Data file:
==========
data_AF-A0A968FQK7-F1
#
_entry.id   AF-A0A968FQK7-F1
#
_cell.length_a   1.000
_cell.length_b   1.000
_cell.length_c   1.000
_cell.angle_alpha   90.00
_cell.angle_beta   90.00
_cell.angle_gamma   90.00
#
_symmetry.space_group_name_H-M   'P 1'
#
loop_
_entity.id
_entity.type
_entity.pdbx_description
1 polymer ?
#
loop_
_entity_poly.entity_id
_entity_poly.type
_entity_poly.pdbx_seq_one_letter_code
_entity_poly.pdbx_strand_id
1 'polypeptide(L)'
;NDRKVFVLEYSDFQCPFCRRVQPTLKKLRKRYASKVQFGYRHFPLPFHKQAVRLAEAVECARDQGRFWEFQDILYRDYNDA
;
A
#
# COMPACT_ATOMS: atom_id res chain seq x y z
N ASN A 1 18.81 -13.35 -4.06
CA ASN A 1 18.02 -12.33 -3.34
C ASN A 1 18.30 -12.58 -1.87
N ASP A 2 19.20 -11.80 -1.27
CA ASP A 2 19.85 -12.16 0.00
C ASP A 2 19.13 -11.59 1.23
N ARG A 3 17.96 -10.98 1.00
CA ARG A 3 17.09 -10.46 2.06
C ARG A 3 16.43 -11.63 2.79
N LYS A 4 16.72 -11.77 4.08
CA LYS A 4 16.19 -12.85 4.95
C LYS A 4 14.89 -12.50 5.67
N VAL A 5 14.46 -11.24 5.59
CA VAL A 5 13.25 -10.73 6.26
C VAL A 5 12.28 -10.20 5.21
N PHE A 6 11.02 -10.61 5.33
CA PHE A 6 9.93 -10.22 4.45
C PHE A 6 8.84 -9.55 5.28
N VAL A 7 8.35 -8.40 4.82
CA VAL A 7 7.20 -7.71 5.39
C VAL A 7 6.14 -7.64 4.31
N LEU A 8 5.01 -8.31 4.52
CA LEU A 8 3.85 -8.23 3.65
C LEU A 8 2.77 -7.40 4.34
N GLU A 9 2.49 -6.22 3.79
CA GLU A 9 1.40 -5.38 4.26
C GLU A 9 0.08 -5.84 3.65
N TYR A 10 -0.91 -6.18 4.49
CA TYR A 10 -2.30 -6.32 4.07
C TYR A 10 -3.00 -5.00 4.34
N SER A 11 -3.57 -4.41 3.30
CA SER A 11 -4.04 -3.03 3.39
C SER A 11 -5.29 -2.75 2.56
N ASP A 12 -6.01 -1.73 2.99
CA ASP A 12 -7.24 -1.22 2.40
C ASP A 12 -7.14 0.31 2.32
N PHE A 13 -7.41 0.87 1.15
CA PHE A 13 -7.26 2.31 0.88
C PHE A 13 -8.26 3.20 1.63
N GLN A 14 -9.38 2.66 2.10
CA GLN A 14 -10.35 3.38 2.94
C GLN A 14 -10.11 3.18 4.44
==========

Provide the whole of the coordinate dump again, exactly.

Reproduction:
data_AF-A0A968FQK7-F1
#
_entry.id   AF-A0A968FQK7-F1
#
_cell.length_a   1.000
_cell.length_b   1.000
_cell.length_c   1.000
_cell.angle_alpha   90.00
_cell.angle_beta   90.00
_cell.angle_gamma   90.00
#
_symmetry.space_group_name_H-M   'P 1'
#
loop_
_entity.id
_entity.type
_entity.pdbx_description
1 polymer ?
#
loop_
_entity_poly.entity_id
_entity_poly.type
_entity_poly.pdbx_seq_one_letter_code
_entity_poly.pdbx_strand_id
1 'polypeptide(L)'
;NDRKVFVLEYSDFQCPFCRRVQPTLKKLRKRYASKVQFGYRHFPLPFHKQAVRLAEAVECARDQGRFWEFQDILYRDYNDA
;
A
#
# COMPACT_ATOMS: atom_id res chain seq x y z
N ASN A 1 18.81 -13.35 -4.06
CA ASN A 1 18.02 -12.33 -3.34
C ASN A 1 18.30 -12.58 -1.87
N ASP A 2 19.20 -11.80 -1.27
CA ASP A 2 19.85 -12.16 0.00
C ASP A 2 19.13 -11.59 1.23
N ARG A 3 17.96 -10.98 1.00
CA ARG A 3 17.09 -10.46 2.06
C ARG A 3 16.43 -11.63 2.79
N LYS A 4 16.72 -11.77 4.08
CA LYS A 4 16.19 -12.85 4.95
C LYS A 4 14.89 -12.50 5.67
N VAL A 5 14.46 -11.24 5.59
CA VAL A 5 13.25 -10.73 6.26
C VAL A 5 12.28 -10.20 5.21
N PHE A 6 11.02 -10.61 5.33
CA PHE A 6 9.93 -10.22 4.45
C PHE A 6 8.84 -9.55 5.28
N VAL A 7 8.35 -8.40 4.82
CA VAL A 7 7.20 -7.71 5.39
C VAL A 7 6.14 -7.64 4.31
N LEU A 8 5.01 -8.31 4.52
CA LEU A 8 3.85 -8.23 3.65
C LEU A 8 2.77 -7.40 4.34
N GLU A 9 2.49 -6.22 3.79
CA GLU A 9 1.40 -5.38 4.26
C GLU A 9 0.08 -5.84 3.65
N TYR A 10 -0.91 -6.18 4.49
CA TYR A 10 -2.30 -6.32 4.07
C TYR A 10 -3.00 -5.00 4.34
N SER A 11 -3.57 -4.41 3.30
CA SER A 11 -4.04 -3.03 3.39
C SER A 11 -5.29 -2.75 2.56
N ASP A 12 -6.01 -1.73 2.99
CA ASP A 12 -7.24 -1.22 2.40
C ASP A 12 -7.14 0.31 2.32
N PHE A 13 -7.41 0.87 1.15
CA PHE A 13 -7.26 2.31 0.88
C PHE A 13 -8.26 3.20 1.63
N GLN A 14 -9.38 2.66 2.10
CA GLN A 14 -10.35 3.38 2.94
C GLN A 14 -10.11 3.18 4.44